The second are: VOTE VOTE VOTE - do NOT waste your hard-won right to cast a vote in our democracy. For a taste of the suffering endured by those who helped win that right, in this instance for women, please read this harrowing account of the treatment of women campaigners in 1917 who struggled to establish the right of female suffrage.

The third are: PROTECT THE VOTE.

If you encounter any problems voting, or witness anything that you think is irregular or illegal,  call the toll-free number: 1-866-OUR-VOTE (1-866-687-8683).

You can also download for free a mobile app, ElectProtect, which offers excellent information about your local polling place, as well as the opportunity to report any suspicious activity and even attach a photograph as evidence.

And, if you're unsure about certain measures on your ballot, or which politician best represents a progressive choice, MoveOn.org offers ProgressiveBallot.org - a site where you simply fill in your name, address and email address and are provided with recommendations for a progressive vote.

Please VOTE, it's your right and your duty as a citizen.  And if you don't believe that every vote counts, watch this brief video from our magnificent First Lady, Michelle Obama:







Comments

Popular posts from this blog

The High Tower Apartments and The Long Goodbye

This beautiful apartment complex in Los Angeles is called the Hightower or High Tower Complex (the High Tower name refers to the central elevator, I believe), and was designed in 1935-1936 by architect Carl Kay - and made famous in 1973 by my favorite film, Robert Altman's The Long Goodbye (see Why I Love Robert Altman's The Long Goodbye).


Although Altman used the building as Philip Marlowe's apartment in his somewhat post-modern Long Goodbye (the film plays with references to Old Hollywood and opens and closes with the song, Hooray For Hollywood), the building has another direct connection to Raymond Chandler.


It was apparently the inspiration for Chandler in his book, The High Window (the first Chandler novel I ever read), in which Chandler describes the residence of Philip Marlowe as being on the cliffs above High Tower Drive in a building with a fancy elevator tower. (Thanks to the Society of Architectural Historians Southern California Chapter webpage for that.)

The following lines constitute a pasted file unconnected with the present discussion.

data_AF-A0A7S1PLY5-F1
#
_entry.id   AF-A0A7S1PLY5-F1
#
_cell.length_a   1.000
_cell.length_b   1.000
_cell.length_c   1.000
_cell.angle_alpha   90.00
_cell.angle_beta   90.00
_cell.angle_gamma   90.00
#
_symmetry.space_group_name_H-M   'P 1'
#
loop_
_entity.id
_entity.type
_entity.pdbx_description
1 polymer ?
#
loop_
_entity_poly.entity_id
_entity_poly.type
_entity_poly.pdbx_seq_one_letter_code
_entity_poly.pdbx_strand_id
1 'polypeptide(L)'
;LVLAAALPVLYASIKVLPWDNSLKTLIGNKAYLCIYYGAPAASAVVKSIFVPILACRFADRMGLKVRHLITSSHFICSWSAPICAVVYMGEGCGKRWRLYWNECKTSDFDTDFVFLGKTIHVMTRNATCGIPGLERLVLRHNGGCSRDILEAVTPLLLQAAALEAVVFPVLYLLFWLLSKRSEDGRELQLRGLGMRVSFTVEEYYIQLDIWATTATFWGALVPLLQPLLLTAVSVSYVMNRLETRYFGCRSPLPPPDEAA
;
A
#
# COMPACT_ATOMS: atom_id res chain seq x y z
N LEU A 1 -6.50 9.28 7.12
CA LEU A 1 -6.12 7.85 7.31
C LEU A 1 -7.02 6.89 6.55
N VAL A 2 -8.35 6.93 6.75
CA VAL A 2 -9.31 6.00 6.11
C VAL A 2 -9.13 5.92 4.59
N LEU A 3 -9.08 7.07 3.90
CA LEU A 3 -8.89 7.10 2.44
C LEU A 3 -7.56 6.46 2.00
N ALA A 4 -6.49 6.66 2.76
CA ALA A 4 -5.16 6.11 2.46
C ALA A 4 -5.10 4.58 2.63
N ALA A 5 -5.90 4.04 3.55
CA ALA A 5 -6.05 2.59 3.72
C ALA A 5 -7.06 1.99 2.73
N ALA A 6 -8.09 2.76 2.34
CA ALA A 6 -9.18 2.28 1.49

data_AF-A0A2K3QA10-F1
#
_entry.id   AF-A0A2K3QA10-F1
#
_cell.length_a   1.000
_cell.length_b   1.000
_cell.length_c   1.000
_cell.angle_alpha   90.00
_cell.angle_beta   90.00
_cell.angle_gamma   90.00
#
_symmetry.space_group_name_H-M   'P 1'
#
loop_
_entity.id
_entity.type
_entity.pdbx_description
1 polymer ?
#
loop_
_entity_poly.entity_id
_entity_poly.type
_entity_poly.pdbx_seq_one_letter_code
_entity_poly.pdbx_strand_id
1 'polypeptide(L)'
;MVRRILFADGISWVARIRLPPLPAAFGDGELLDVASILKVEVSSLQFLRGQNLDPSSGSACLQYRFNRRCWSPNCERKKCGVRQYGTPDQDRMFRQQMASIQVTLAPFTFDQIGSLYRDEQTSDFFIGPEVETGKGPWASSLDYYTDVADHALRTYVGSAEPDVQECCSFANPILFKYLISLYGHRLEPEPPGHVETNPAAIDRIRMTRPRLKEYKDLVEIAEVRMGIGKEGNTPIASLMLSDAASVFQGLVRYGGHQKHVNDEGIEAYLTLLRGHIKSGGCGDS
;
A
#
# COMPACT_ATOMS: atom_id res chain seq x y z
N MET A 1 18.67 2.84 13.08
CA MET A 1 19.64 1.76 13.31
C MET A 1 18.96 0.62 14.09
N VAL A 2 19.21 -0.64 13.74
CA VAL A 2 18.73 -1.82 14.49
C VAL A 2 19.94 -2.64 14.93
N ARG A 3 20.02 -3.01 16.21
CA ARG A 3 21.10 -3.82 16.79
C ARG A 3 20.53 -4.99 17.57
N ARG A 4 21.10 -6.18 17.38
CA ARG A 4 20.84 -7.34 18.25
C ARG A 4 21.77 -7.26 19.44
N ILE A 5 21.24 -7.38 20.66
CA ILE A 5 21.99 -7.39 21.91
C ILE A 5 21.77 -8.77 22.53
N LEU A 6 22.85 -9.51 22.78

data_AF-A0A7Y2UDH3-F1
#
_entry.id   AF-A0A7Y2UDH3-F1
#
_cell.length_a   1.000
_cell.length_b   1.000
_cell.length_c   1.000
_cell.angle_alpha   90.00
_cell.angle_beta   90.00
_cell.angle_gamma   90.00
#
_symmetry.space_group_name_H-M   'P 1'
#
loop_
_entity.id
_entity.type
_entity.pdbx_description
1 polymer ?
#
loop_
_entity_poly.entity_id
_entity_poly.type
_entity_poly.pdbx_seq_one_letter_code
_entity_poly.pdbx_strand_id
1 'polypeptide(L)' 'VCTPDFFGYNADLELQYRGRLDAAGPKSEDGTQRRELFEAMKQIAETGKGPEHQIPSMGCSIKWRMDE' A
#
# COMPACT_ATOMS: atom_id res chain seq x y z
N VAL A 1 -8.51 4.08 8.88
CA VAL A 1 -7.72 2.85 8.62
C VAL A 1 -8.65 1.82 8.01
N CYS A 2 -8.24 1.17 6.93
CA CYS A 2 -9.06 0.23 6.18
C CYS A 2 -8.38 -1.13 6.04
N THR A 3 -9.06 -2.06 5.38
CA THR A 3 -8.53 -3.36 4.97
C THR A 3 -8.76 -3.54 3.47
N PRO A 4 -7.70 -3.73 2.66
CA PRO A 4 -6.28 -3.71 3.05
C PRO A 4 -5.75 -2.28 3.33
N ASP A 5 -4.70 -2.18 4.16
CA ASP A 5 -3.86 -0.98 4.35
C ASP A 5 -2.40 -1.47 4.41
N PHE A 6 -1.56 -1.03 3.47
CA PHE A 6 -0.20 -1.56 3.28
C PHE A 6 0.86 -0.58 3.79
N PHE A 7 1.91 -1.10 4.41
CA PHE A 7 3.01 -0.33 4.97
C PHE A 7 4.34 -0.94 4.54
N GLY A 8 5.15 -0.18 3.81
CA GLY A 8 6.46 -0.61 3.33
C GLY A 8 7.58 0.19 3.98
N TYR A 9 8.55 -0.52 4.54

This ph…

Andrew Hale and Sade

On Thursday evening, we saw our longtime friend Andrew Hale perform with Sade at the HP Pavilion in San Jose, in one of the most beautifully conceived and produced concert performances I have ever seen.

Sade is a rare musician, in that she and the band only write, record and tour every eight to ten years, so that in a very real sense you can measure your life by her.

The band's music is always fresh and always newly conceived - for their previous album, Lovers Rock, they stripped everything down musically to a minimalist sound and banished the saxophone that had been so much a part of Sade's heavily soul- and jazz-influenced style.


The latest album, Soldier of Love, released in 2010, is one of the most tender, moving collections of songs yet, from the astonishingly beautiful Morning Bird, which features exquisite keyboards from Andrew, to the soulful, retro, return-of-the-sax melodies of In Another Time, and the deeply touching, reggae-influenced charm of Babyfather - a partic…

From Dawn to Sunset on the Beach - Pelicans, Whales and Memories of my Father

This post about my father and the ocean is very important to me right now. It was written when we first moved to Santa Cruz, which we insisted on calling Aldabra because it is so magical...
From Dawn to Sunset on the Beach - Pelicans, Whales and Memories of my Father
Living and writing by the ocean - in a spot we like to call Aldabra (which in reality is a remote and very beautiful atoll in the Indian Ocean) - the beach figures large in my thoughts and daily routine.

Usually I wake early, and on occasion I walk at dawn through the waves, past the occasional fisherperson, enjoying the darkness slowly transforming into light, the spray of the breakers, the pull of the tide around my feet, the constant barking of the sea lions, the damp of the ocean mist - and the sight of the sun breaking over the horizon to the east.






Recently, a few days before what would have been his birthday, I thought of my father as I trod the beach at dawn. He came from a tiny Scottish fishing village, Rosehearty, se…